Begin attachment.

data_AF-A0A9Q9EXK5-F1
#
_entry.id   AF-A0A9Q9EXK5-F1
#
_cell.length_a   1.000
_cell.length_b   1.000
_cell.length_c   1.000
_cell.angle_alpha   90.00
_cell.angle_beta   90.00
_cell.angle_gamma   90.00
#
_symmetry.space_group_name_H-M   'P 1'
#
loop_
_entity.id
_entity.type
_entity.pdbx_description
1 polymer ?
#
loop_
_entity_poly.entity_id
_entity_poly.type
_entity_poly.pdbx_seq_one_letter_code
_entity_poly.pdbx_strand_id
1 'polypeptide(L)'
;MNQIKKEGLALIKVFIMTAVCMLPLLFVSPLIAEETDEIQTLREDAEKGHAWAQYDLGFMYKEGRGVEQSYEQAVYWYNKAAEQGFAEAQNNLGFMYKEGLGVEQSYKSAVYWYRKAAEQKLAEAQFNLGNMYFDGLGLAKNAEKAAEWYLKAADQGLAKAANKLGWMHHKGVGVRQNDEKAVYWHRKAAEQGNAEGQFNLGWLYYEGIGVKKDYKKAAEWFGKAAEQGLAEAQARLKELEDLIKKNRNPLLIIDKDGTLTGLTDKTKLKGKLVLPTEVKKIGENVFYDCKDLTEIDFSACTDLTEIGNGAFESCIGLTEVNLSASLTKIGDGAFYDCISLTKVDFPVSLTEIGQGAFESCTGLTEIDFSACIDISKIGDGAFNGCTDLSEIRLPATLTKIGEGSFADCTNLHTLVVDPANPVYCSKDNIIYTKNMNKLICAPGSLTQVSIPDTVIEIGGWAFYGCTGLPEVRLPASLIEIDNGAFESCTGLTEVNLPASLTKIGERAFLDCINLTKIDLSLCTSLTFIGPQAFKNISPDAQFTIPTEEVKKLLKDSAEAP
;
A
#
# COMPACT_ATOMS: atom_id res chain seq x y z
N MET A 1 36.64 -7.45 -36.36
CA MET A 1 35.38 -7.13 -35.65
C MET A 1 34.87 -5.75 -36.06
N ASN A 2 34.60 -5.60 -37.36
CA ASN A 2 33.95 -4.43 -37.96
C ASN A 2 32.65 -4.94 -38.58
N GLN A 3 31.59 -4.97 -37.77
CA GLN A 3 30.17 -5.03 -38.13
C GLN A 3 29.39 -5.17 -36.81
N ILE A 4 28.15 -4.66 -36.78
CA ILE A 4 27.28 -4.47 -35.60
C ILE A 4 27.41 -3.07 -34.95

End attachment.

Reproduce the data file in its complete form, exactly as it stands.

data_AF-A0A9Q9EXK5-F1
#
_entry.id   AF-A0A9Q9EXK5-F1
#
_cell.length_a   1.000
_cell.length_b   1.000
_cell.length_c   1.000
_cell.angle_alpha   90.00
_cell.angle_beta   90.00
_cell.angle_gamma   90.00
#
_symmetry.space_group_name_H-M   'P 1'
#
loop_
_entity.id
_entity.type
_entity.pdbx_description
1 polymer ?
#
loop_
_entity_poly.entity_id
_entity_poly.type
_entity_poly.pdbx_seq_one_letter_code
_entity_poly.pdbx_strand_id
1 'polypeptide(L)'
;MNQIKKEGLALIKVFIMTAVCMLPLLFVSPLIAEETDEIQTLREDAEKGHAWAQYDLGFMYKEGRGVEQSYEQAVYWYNKAAEQGFAEAQNNLGFMYKEGLGVEQSYKSAVYWYRKAAEQKLAEAQFNLGNMYFDGLGLAKNAEKAAEWYLKAADQGLAKAANKLGWMHHKGVGVRQNDEKAVYWHRKAAEQGNAEGQFNLGWLYYEGIGVKKDYKKAAEWFGKAAEQGLAEAQARLKELEDLIKKNRNPLLIIDKDGTLTGLTDKTKLKGKLVLPTEVKKIGENVFYDCKDLTEIDFSACTDLTEIGNGAFESCIGLTEVNLSASLTKIGDGAFYDCISLTKVDFPVSLTEIGQGAFESCTGLTEIDFSACIDISKIGDGAFNGCTDLSEIRLPATLTKIGEGSFADCTNLHTLVVDPANPVYCSKDNIIYTKNMNKLICAPGSLTQVSIPDTVIEIGGWAFYGCTGLPEVRLPASLIEIDNGAFESCTGLTEVNLPASLTKIGERAFLDCINLTKIDLSLCTSLTFIGPQAFKNISPDAQFTIPTEEVKKLLKDSAEAP
;
A
#
# COMPACT_ATOMS: atom_id res chain seq x y z
N MET A 1 36.64 -7.45 -36.36
CA MET A 1 35.38 -7.13 -35.65
C MET A 1 34.87 -5.75 -36.06
N ASN A 2 34.60 -5.60 -37.36
CA ASN A 2 33.95 -4.43 -37.96
C ASN A 2 32.65 -4.94 -38.58
N GLN A 3 31.59 -4.97 -37.77
CA GLN A 3 30.17 -5.03 -38.13
C GLN A 3 29.39 -5.17 -36.81
N ILE A 4 28.15 -4.66 -36.78
CA ILE A 4 27.28 -4.47 -35.60
C ILE A 4 27.41 -3.07 -34.95